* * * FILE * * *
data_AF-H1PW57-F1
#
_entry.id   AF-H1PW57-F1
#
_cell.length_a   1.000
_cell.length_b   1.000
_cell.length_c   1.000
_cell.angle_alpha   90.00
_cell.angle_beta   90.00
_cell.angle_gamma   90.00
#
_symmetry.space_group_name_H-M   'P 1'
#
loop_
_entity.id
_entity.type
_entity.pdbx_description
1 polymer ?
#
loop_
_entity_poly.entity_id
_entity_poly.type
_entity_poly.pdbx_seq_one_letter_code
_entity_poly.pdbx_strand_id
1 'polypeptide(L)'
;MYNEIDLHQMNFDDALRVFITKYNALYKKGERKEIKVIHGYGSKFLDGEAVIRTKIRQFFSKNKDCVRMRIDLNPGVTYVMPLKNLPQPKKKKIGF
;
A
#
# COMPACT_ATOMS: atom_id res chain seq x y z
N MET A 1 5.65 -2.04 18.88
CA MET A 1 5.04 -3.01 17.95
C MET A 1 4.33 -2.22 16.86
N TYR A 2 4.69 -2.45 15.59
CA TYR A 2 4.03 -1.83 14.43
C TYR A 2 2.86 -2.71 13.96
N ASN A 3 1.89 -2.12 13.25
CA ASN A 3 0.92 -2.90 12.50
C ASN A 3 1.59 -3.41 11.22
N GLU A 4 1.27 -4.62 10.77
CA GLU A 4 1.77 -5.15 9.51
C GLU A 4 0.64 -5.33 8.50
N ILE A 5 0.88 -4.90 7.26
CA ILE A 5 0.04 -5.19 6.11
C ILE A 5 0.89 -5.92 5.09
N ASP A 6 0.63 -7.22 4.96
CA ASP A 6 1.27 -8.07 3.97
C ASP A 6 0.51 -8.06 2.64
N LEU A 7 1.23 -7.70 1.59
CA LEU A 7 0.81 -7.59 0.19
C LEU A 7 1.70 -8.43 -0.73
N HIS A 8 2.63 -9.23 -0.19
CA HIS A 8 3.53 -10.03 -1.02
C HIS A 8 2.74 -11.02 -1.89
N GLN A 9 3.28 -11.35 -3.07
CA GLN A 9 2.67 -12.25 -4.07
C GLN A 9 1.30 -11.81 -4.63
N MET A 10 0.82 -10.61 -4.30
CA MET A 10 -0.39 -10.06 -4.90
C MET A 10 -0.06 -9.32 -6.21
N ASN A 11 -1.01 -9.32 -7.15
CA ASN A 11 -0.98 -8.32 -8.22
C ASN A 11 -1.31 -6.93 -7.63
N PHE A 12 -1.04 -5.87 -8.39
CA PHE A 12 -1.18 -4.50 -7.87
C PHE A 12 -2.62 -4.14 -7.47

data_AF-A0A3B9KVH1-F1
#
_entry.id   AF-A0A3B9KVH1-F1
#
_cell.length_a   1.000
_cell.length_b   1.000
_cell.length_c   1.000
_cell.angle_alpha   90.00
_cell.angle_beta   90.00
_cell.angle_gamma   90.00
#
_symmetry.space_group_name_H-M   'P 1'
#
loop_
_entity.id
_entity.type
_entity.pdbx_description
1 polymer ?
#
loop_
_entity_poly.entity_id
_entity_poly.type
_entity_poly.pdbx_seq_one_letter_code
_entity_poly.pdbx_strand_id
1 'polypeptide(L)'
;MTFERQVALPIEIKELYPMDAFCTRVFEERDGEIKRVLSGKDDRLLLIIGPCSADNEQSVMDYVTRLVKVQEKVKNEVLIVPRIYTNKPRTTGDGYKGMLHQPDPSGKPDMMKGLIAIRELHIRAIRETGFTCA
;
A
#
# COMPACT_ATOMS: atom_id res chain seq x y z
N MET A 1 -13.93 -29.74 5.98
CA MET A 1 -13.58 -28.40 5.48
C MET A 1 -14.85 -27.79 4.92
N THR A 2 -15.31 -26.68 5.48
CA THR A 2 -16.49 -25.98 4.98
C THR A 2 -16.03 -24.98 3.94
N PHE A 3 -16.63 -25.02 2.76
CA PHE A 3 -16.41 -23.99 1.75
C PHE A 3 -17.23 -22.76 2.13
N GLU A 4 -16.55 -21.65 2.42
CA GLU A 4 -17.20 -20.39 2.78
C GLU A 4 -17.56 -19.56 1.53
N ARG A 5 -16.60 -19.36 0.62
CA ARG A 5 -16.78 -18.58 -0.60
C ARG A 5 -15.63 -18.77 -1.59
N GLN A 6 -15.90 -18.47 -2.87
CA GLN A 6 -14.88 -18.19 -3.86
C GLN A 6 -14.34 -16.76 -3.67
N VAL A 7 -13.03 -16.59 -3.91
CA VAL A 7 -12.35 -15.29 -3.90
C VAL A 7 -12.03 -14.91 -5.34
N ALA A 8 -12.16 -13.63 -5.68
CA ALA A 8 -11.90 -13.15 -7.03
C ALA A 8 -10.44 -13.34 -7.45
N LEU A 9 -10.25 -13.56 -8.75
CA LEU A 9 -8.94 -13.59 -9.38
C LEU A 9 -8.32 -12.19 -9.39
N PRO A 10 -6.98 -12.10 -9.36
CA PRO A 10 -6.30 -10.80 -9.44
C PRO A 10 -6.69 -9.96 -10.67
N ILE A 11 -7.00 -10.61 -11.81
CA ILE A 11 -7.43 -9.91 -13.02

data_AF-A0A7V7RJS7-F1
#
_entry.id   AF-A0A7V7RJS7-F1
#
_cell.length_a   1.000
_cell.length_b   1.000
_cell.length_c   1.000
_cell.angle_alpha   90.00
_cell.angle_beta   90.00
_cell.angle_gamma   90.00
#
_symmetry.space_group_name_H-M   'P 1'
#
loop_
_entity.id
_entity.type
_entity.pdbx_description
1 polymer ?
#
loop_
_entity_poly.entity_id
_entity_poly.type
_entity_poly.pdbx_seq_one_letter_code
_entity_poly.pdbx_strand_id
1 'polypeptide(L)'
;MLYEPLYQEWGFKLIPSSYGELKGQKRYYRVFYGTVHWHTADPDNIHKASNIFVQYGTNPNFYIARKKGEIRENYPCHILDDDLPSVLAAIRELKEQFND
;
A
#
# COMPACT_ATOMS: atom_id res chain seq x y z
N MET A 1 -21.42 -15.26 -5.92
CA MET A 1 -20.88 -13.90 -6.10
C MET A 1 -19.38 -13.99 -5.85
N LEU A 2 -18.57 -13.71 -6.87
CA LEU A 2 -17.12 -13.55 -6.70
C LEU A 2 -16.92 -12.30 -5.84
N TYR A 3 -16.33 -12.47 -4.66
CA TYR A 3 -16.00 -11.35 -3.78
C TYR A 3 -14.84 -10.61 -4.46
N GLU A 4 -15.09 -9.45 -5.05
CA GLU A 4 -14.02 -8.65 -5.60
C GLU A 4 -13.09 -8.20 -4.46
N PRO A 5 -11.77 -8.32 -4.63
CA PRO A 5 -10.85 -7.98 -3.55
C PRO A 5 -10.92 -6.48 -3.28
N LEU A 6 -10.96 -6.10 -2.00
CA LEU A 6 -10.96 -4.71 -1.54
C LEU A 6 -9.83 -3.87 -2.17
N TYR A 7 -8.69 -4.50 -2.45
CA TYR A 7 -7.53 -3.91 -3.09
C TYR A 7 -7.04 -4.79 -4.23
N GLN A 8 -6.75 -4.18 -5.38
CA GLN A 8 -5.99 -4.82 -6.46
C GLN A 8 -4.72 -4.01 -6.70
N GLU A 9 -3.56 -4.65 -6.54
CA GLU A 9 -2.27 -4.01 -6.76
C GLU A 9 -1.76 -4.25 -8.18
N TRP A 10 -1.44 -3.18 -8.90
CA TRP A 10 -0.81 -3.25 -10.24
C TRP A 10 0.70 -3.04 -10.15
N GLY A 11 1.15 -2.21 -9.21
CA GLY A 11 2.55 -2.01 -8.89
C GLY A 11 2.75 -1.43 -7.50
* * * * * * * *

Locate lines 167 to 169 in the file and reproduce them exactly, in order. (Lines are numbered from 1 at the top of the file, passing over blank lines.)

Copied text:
C TYR A 3 -14.84 -10.61 -4.46
N GLU A 4 -15.09 -9.45 -5.05
CA GLU A 4 -14.02 -8.65 -5.60